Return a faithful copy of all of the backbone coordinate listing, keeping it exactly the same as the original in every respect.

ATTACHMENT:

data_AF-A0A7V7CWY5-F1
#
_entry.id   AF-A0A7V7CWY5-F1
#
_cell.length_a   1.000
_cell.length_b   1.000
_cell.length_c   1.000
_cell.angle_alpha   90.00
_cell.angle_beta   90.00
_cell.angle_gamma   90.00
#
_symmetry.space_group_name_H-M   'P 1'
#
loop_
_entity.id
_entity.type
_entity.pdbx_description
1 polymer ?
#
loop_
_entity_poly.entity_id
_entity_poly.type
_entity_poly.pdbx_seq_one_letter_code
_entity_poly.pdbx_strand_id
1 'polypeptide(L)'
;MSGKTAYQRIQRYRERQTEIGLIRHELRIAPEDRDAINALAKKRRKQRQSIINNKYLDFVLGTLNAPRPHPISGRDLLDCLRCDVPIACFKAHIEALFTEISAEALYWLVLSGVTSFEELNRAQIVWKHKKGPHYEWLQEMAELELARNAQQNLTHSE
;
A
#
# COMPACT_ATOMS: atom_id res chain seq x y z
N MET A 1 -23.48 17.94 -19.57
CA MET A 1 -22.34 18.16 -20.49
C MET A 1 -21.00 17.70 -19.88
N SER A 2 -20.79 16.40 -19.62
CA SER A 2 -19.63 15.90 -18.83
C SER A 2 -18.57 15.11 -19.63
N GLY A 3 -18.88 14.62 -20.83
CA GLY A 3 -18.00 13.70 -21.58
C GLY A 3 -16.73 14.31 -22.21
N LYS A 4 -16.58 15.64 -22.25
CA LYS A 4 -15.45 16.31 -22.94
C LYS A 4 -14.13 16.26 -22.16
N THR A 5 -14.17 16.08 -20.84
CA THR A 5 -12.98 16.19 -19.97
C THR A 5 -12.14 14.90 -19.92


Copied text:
data_AF-A0A7V7CWY5-F1
#
_entry.id   AF-A0A7V7CWY5-F1
#
_cell.length_a   1.000
_cell.length_b   1.000
_cell.length_c   1.000
_cell.angle_alpha   90.00
_cell.angle_beta   90.00
_cell.angle_gamma   90.00
#
_symmetry.space_group_name_H-M   'P 1'
#
loop_
_entity.id
_entity.type
_entity.pdbx_description
1 polymer ?
#
loop_
_entity_poly.entity_id
_entity_poly.type
_entity_poly.pdbx_seq_one_letter_code
_entity_poly.pdbx_strand_id
1 'polypeptide(L)'
;MSGKTAYQRIQRYRERQTEIGLIRHELRIAPEDRDAINALAKKRRKQRQSIINNKYLDFVLGTLNAPRPHPISGRDLLDCLRCDVPIACFKAHIEALFTEISAEALYWLVLSGVTSFEELNRAQIVWKHKKGPHYEWLQEMAELELARNAQQNLTHSE
;
A
#
# COMPACT_ATOMS: atom_id res chain seq x y z
N MET A 1 -23.48 17.94 -19.57
CA MET A 1 -22.34 18.16 -20.49
C MET A 1 -21.00 17.70 -19.88
N SER A 2 -20.79 16.40 -19.62
CA SER A 2 -19.63 15.90 -18.83
C SER A 2 -18.57 15.11 -19.63
N GLY A 3 -18.88 14.62 -20.83
CA GLY A 3 -18.00 13.70 -21.58
C GLY A 3 -16.73 14.31 -22.21
N LYS A 4 -16.58 15.64 -22.25
CA LYS A 4 -15.45 16.31 -22.94
C LYS A 4 -14.13 16.26 -22.16
N THR A 5 -14.17 16.08 -20.84
CA THR A 5 -12.98 16.19 -19.97
C THR A 5 -12.14 14.90 -19.92